I'm learning a couple of "big" pieces on piano. As I practice them, a little voice in my head keeps saying, "You're not good enough. These are too hard for you. You've bitten off more than you can chew ... again. You idiot."
Yes, it's a nasty little demeaning voice. Once I get involved enough in a practice session, the voice eventually disappears. But it's always there, on some level. What's really annoying is that, if I'm working on something that I don't consider too difficult, it tells me how pathetically remedial I am as a pianist, to be working on such easy pieces.
Maybe other adult piano students deal with this kind of thing. One one level, maybe I'm a wanna-be classical pianist, but I really don't think that's it. On another level, I'm definitely a perfectionist, and this ugly self-talk is probably a "symptom" of that perfectionism.
I love my piano teacher because I can tell her the weird, self-doubting thoughts I have regarding piano, and she lets me know that I'm being ridiculous.
Here's a question I asked her today: Why do I feel compelled to have a piano teacher? I know very few adults who take piano lessons. Aren't you supposed to quit taking them in high school or college?
In answer to my question, Deborah said it made perfect sense for me to want a piano teacher. She said this was because I need a piano teacher. She was quick to add that it wasn't because I wasn't any good at piano. (She thinks I'm immensely talented, which is good for my ego, I suppose!) But she said that most people quit taking lessons because they don't feel any desire to improve--either they lose interest, or they play as well as they ever wanted to, and that's that.
I'm different. I know I can be so much better than I am, so I have that desire to improve. I want to play the big pieces. I want the challenge and the joy of playing a Bach fugue or a difficult Liszt piece. I want to play one of the big Beethoven sonatas one day. I would so love to play a Mozart piano concerto in the future. It's not because I want to show off or be a Great Pianist; it's because I simply love the music--I love the process of learning, I love playing, I love performing, I love sharing the musical experience with the composer and the audience, and I relish the thought of someday being worthy of the music.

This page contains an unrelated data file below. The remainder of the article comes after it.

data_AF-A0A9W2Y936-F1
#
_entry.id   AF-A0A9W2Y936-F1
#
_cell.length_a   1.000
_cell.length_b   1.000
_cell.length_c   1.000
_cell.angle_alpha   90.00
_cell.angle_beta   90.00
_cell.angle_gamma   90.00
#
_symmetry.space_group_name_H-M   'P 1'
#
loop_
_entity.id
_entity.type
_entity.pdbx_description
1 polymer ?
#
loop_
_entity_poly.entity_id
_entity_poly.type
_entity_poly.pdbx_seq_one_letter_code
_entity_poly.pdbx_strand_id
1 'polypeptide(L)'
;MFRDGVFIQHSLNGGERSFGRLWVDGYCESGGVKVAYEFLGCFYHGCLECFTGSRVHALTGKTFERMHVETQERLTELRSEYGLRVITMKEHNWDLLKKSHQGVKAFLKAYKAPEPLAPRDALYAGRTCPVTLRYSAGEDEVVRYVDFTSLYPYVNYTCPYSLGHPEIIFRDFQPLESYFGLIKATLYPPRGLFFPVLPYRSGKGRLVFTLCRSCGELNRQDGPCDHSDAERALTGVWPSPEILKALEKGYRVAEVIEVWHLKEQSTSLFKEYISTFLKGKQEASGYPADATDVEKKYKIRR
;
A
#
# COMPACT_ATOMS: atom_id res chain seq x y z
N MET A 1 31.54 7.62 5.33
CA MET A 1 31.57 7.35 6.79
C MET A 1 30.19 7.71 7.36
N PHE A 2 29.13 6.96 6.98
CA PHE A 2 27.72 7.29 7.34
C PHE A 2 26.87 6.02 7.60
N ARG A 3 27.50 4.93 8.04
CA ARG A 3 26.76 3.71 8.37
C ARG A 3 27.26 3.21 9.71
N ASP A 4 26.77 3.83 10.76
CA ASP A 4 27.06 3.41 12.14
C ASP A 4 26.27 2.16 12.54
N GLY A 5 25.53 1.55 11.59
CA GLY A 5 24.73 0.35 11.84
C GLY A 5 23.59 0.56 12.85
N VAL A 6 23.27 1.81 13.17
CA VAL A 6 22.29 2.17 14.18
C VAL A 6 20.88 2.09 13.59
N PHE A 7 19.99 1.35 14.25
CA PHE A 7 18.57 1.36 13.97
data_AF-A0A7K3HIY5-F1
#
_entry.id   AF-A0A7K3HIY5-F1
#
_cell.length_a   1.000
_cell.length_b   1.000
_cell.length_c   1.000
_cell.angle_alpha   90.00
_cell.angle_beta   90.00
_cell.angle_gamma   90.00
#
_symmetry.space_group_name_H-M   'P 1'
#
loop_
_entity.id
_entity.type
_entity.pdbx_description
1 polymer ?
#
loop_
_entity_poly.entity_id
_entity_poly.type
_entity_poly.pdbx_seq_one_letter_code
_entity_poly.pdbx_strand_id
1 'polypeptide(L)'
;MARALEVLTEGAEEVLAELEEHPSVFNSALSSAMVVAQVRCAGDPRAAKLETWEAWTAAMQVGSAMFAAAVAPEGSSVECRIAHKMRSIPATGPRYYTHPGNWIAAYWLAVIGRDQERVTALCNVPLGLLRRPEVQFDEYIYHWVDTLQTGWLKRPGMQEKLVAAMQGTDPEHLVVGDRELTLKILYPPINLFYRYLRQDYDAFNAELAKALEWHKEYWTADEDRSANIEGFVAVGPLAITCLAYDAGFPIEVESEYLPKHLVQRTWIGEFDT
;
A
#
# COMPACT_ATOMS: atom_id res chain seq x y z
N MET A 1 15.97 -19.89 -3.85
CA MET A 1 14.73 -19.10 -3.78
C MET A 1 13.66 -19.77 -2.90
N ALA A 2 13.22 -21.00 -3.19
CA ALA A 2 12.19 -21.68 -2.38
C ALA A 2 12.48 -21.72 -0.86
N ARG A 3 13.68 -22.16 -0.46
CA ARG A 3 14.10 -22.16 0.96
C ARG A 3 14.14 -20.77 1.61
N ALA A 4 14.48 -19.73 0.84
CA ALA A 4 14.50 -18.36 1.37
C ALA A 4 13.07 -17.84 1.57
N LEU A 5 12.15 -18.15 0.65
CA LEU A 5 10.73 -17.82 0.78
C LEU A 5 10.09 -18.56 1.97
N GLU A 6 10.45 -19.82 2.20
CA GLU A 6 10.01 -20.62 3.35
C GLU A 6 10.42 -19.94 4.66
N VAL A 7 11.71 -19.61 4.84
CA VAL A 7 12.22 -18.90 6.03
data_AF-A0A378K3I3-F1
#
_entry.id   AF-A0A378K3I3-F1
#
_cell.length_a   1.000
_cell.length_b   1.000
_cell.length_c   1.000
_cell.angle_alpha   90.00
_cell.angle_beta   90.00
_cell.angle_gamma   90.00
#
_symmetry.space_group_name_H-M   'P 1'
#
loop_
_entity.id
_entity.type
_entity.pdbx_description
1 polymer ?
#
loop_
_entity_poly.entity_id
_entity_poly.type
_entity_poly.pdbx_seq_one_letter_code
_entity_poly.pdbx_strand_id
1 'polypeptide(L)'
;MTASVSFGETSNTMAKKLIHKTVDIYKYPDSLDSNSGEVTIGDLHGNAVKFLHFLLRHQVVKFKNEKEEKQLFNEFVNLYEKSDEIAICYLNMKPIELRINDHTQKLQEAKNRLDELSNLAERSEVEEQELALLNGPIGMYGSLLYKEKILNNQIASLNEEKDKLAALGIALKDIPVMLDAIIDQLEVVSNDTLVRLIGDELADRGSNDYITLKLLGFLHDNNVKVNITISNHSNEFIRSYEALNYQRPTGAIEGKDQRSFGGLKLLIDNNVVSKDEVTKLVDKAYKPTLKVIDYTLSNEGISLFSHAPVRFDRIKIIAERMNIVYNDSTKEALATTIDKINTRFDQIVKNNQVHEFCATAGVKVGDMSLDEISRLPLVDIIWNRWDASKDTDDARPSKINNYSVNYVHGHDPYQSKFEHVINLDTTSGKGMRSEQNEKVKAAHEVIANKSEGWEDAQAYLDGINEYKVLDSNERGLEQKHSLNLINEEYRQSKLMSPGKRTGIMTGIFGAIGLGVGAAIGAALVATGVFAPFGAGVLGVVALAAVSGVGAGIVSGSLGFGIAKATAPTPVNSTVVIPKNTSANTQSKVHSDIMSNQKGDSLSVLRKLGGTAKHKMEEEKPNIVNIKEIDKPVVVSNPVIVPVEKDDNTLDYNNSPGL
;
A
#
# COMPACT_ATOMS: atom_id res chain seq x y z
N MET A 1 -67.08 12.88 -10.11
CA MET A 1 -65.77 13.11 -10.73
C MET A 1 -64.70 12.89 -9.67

Why do I desire these things?
Did God put this desire in my heart? Deborah said something to this effect, and that if the desire is there, then it's already within my reach. I may not think so, but it doesn't really matter what I think. I just need to listen to what my heart desires most deeply, and go for it.
She also said that, on some level, I know the big pieces are within my reach. But that on another level--my conscious level--I keep seeing roadblocks and impossibilities. "This is too hard." "This is so confusing." "%@, I can't even figure out the first %#*& note of this @^#& section" (this is a thought I regularly have--expletives and all!--when practicing the 7-sharp C#-major fugue).
She said I have to let my "master self"--the self that knows I'm capable--teach the "child self"--the stubborn self that won't accept possibilities--that I am indeed up to the task of the big pieces.
It sounds a little New-Agey, and perhaps it is, but I was also reading a quote by Madeleine L'Engle in Walking on Water, a book about Christianity, art, and the Christian artist. She writes that "You write the book that wants to be written." She writes of writing (and all art) as an act of faith. The art itself wants to be made. The books want to be written. The music wants to be played. The artist need only listen for the need and do the work required.
She writes of art as an incarnational act--an act of enfleshing the idea. She compares the artist to Mary, who didn't ask questions, who just accepted God's will for her.
I don't exactly know where I'm going with this, except that what Deborah said about desire and capability, and what L'Engle says about creating art, seem to be a bit in the same vein.
If God wants me to create, to write, to play these big pieces that I feel incapable of playing, then He will give me the ability. Deborah would say that he has given me the ability, or at least the talent and the potential. Of course, I will have to practice my fingers off, deliberately, slowly, perhaps for years, but I will get it because I'm meant to get it. I just need to have patience and faith--two things I am typically short on.
But I will get it. If I look at the writing, the music, the art as something God wants me to do, then I feel a much greater responsibility to follow through with it. And the Bach fugue, and the Liszt piece, and all the others, will come with time--God willing--because I want them to come.
It sounds entirely too pat and easy. I don't know if I completely believe it. But I do know one thing: they'll come a lot faster if I blog less and practice more. :) So, the next 30 minutes of my life will be spent with George. Then more school-related work. Then bed.